Symphony orchestra concerts don’t generally benefit from plot, and character development is usually left to the sister genre of opera. But the history of music is filled with quirky characters, one of its most important being Wolfgang Amadeus Mozart.
That notion inspired the programming for the final concert of the Pittsburgh Symphony Orchestra’s Mozart Festival, which concludes this weekend at Heinz Hall. Conducted by music director Manfred Honeck, Friday’s performance featured the composer’s sacred and operatic works. More important, it shed light on Mozart and, by extension, made a case for the use of innovative programming styles to bring such music to life.
Here’s how it worked: The first half was sacred music, including selections from the “Great” Mass in C minor, “Laudate Dominum” from the “Vesperae solennes de confessore,” “Alleluja” from “Exsultate, jubilate,” “Ave, verum corpus,” and selections from the Requiem. The second half offered operatic highlights from “Don Giovanni,” “La nozze di Figaro” and “Die Zauberflote.” The performance featured soprano Sunhae Im, baritone Lucas Meachem, the Mendelssohn Choir of Pittsburgh (directed by Betsy Burleigh) and host Don Marinelli, a former professor of drama at Carnegie Mellon University.
Before several pieces, Mr. Marinelli took on characters throughout the hall, playing Leopold Mozart, Empress Maria Theresa, Antonio Salieri and librettists Lorenzo Da Ponte and Emanuel Schikaneder, among others. He was a competent host and a comic actor who set the tone for the music with a script that was at times modern (as when Da Ponte compared Mozart and himself to Lennon and McCartney) and historic (as when he quoted a letter by Haydn). It created a play-within-a-concert effect and added a narrative quality to the concert.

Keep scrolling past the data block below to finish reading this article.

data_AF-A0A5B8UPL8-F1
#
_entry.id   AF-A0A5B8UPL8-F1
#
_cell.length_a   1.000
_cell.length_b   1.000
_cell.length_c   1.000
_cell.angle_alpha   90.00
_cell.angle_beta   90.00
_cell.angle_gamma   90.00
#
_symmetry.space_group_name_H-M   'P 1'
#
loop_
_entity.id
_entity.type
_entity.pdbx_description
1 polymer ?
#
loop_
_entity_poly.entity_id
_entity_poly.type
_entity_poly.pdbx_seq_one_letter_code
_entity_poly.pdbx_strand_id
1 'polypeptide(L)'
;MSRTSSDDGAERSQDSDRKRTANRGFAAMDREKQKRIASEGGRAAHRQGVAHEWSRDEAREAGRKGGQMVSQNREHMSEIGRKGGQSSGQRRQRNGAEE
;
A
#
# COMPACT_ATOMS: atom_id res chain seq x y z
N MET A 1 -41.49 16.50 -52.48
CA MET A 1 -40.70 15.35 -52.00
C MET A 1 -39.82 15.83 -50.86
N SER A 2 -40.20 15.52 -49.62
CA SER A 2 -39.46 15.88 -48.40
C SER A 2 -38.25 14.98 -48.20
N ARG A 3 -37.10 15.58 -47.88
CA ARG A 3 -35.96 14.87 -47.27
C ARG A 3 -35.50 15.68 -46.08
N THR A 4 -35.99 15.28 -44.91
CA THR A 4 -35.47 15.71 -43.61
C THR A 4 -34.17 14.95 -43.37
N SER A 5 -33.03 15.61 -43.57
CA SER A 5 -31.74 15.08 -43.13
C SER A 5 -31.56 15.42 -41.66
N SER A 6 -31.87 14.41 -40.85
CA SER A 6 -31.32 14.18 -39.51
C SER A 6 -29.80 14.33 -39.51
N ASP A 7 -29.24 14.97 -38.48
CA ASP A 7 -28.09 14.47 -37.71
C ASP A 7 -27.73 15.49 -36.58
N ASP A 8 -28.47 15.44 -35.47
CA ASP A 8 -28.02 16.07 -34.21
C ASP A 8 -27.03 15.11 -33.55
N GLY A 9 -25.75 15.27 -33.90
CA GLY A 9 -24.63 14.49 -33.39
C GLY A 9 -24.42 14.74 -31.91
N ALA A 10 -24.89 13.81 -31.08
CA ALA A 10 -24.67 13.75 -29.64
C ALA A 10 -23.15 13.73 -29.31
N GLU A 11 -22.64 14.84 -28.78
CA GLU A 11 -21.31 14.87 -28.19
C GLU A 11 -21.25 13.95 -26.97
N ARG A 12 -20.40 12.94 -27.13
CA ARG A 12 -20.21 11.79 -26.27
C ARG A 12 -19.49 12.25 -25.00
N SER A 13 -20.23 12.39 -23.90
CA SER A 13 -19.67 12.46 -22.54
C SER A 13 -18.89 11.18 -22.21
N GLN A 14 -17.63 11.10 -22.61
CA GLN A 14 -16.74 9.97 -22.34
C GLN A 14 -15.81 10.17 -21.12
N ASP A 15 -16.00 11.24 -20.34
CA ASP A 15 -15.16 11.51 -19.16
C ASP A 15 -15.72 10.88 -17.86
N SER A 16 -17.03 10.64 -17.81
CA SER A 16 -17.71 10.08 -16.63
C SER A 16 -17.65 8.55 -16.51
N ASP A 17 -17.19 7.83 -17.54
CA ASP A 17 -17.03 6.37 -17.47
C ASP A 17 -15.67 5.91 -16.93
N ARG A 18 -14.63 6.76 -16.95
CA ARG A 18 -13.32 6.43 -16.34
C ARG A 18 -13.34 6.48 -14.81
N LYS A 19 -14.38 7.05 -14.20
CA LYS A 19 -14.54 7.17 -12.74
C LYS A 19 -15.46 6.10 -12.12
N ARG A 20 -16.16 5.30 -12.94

Ms. Im was the featured vocalist in the first half, and her honeyed, bell-like tone filled the hall from the opening “Kyrie,” her vibrato fluttering and smooth. At first, she struggled with ornaments and with nimble melodies, at least without compromising volume, but she disposed of those issues in meeting the jumpy demands of “Alleluja.” The emotional heft of her performances of the sacred works didn’t quite translate into the operatic selections; I longed for a more gut-wrenching “Porgi, amor, qualche ristoro,” of the distaught Countess from “Figaro.”
The choir provided solid support and was strong in its own right during a powerful Dies Irae and Lacrimosa from the Requiem; later, male members would achieve the gravitas of this sacred music in a moving “O Isis und Osiris” from “Die Zauberflote.”
Mr. Meachem joined for the operatic works. His natural stage presence paired with Mr. Marinelli, and he frequently drew laughs. The baritone had a consistent voice and, when needed, dispatched a longing quality, although he could be difficult to hear. In “Ein Madchen oder Weibchen” from “Die Zauberflote,” he drank from increasingly large wine glasses, achieving Papageno’s drunkenness with a galloping shape to his phrasing. As Don Giovanni, Mr. Meacham serenaded the audience alongside Stephanie Tretick, a PSO violist who briefly traded her instrument for a mandolin in “Deh vieni alla finestra” and convincingly seduced Ms. Im’s Zerlina in “La ci darem la mano.”
The orchestra prepared selections from the operas with their overtures, drawn tautly by Mr. Honeck. The affair was fast-moving, entertaining and well-choreographed, if occasionally rough around the edges. That is, perhaps, how Mozart would have liked it.
Concert repeats 2:30 p.m. Sunday.
Elizabeth Bloom: email@example.com or 412-263-1750.